We’ve also found Shimano’s E7000 drive unit to offer seamless power delivery. And that’s important when you’re mountain biking, where ratcheting pedal input is pretty common; you might want wattage to help you churn through a section of rocky terrain, then want that assist to pause the moment you get beyond it, so you don’t get shoved into the next bit of technical trail. Luckily, the E7000 is well calibrated to dive in when you pedal and back off the instant you cease pedaling.

One note on sizing: the larger (29 in.) wheels and longer suspension travel might make it more of a challenge for shorter riders.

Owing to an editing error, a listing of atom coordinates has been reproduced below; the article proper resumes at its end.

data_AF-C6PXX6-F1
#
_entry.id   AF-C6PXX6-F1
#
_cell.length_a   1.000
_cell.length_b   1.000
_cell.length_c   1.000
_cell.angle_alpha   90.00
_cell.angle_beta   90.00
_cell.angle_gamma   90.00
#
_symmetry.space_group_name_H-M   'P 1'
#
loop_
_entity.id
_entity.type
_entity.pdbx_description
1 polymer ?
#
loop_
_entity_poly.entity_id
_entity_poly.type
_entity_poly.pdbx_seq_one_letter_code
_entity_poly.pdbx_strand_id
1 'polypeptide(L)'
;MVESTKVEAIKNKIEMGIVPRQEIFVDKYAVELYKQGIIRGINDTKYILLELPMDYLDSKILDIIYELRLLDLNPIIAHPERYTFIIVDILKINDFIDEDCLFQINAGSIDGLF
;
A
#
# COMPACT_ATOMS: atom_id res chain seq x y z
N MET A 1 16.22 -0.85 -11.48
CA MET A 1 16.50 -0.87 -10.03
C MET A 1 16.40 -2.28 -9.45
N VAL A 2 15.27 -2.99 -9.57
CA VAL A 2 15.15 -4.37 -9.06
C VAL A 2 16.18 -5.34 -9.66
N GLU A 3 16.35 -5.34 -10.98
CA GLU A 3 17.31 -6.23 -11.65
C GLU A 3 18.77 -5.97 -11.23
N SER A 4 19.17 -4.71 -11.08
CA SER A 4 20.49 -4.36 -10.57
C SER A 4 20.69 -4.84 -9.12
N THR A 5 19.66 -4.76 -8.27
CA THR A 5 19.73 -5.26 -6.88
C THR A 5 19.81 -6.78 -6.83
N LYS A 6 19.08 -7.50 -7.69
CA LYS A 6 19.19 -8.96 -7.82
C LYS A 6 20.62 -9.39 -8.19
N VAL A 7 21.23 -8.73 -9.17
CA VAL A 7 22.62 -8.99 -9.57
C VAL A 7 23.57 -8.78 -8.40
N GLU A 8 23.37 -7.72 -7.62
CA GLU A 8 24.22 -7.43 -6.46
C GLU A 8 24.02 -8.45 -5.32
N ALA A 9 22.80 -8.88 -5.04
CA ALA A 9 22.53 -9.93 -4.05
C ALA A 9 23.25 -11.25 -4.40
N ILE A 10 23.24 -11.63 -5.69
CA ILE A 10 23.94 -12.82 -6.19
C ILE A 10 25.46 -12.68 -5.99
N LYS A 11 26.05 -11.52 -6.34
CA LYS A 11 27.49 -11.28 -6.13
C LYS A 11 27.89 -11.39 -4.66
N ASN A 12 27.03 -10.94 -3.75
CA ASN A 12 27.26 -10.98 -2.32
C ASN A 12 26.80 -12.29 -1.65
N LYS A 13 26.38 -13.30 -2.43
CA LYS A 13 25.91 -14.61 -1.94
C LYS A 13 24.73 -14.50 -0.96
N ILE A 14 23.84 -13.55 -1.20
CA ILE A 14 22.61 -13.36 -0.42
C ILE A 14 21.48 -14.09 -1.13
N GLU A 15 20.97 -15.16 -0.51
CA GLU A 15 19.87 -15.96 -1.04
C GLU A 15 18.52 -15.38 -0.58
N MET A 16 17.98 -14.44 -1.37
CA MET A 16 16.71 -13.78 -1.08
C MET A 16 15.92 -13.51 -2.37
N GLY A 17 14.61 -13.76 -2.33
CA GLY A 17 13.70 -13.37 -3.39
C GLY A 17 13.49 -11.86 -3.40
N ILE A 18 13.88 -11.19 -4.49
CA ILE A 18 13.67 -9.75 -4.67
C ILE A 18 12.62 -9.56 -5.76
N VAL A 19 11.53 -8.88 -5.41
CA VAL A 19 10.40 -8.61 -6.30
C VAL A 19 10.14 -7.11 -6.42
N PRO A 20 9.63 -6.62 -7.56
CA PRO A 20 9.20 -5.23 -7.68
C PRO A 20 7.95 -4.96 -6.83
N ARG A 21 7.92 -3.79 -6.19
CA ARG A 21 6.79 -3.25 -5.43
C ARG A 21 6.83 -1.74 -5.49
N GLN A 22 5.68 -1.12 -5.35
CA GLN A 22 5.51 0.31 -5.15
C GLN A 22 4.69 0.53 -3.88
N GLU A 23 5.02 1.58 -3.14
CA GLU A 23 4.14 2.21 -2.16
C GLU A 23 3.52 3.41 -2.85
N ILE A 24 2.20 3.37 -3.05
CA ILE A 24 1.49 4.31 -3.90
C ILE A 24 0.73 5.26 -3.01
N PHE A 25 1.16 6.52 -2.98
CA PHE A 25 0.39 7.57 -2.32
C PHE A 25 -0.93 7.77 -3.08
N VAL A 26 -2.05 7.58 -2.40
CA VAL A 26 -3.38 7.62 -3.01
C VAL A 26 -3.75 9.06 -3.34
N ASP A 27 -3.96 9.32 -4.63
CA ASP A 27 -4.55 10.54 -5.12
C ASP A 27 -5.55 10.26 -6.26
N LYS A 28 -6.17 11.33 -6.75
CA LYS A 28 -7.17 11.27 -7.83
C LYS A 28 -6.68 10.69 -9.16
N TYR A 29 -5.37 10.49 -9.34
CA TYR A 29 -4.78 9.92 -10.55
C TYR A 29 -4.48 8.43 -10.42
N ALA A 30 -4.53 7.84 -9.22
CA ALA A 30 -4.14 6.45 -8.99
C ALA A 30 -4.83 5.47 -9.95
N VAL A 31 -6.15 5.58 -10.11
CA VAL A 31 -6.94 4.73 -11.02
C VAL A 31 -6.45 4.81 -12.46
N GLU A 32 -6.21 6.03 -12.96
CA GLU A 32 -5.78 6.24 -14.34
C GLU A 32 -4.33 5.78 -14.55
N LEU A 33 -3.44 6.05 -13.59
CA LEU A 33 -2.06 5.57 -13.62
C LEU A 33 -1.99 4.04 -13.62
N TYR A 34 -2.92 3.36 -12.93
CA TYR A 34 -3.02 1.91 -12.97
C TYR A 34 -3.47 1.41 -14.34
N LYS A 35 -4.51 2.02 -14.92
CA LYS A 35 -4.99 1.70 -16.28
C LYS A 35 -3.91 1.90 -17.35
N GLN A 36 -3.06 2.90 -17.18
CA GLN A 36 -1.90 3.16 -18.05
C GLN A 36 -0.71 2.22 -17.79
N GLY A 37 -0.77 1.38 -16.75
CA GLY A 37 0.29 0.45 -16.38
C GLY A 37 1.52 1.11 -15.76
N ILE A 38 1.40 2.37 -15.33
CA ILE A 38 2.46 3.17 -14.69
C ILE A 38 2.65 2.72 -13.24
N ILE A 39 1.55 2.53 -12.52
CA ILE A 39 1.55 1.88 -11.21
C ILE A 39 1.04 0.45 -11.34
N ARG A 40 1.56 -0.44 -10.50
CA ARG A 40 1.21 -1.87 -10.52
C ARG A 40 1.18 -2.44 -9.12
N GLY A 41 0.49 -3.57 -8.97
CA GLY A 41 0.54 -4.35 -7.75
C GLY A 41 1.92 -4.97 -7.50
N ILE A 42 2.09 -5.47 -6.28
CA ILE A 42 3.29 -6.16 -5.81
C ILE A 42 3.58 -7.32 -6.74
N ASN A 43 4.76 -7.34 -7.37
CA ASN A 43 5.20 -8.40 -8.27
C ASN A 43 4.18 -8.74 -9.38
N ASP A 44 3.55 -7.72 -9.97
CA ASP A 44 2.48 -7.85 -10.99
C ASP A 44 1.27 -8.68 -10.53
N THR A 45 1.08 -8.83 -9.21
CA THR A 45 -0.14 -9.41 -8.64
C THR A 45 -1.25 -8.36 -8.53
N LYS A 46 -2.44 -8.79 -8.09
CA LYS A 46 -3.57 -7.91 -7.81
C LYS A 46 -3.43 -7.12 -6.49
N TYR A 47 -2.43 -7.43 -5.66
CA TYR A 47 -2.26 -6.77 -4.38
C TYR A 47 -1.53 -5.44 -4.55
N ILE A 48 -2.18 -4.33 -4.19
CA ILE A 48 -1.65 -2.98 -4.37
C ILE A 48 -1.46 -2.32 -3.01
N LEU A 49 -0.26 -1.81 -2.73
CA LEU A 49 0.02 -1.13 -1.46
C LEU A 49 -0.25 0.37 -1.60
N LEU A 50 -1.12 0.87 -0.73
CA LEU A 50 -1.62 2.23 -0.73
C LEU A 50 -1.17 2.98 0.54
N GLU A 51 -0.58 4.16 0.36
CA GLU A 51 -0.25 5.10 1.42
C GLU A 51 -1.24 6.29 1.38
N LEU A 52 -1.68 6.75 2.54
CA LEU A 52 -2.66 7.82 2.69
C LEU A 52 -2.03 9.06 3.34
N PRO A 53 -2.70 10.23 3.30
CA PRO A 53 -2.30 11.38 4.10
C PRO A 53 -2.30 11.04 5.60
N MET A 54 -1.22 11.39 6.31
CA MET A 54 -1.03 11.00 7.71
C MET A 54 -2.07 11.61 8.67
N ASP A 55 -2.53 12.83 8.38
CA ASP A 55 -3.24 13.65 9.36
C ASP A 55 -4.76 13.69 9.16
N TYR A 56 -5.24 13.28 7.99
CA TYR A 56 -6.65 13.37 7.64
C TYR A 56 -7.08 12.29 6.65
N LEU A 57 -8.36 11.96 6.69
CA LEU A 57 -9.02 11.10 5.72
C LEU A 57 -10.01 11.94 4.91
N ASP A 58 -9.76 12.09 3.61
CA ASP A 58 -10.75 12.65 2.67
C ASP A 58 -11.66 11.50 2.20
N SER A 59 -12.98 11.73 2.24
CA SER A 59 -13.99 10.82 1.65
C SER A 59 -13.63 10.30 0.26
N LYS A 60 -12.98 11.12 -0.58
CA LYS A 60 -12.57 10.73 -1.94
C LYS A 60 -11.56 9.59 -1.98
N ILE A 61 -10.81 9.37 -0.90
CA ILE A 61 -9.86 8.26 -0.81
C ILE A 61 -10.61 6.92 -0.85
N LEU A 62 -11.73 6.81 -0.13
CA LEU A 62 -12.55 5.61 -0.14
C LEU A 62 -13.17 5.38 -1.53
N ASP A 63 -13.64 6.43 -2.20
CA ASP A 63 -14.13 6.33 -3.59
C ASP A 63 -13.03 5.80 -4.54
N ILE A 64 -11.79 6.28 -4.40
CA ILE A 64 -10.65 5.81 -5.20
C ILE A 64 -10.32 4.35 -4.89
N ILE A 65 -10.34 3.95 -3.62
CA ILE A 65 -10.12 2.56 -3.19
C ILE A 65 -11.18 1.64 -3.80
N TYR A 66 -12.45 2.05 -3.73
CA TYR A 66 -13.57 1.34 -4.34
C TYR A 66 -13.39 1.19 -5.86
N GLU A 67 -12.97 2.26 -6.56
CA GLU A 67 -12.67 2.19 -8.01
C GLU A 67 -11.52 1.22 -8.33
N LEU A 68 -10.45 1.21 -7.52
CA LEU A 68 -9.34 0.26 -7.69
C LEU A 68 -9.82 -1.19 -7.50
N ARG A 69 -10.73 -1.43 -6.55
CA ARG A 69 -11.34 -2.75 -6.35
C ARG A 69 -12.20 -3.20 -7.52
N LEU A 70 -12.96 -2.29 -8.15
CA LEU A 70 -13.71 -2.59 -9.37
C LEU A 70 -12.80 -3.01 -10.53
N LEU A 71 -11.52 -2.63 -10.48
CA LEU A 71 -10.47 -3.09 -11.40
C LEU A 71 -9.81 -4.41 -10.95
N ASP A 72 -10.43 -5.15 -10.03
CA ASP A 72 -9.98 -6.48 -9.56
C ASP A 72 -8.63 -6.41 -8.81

“This bike is a compelling choice for someone trying to minimize (or eliminate) a car from their life,” says one REI staffer. With the Yuba Kombi E5, you’re getting a comfort-focused ride, the ability to carry up to 440 pounds of cargo and the option to customize with lots of add-on accessories to fit your specific hauling needs. The chromoly steel frame, rather than an aluminum one, also lends itself to a smoother ride. And all that cargo is powered by Shimano’s lightest e-bike drive unit: the STEPS E5000 mid-drive motor and 418 Wh battery.

Another selling point: the bike has a low frame. That’s important the more weight you add, since you need to be able to counterbalance as the heft shifts during pedaling. These support panniers stuffed with groceries or whatever else you’re carrying, as well as give tykes a comfy place to rest their feet, since the E5 can also be outfitted with two child seats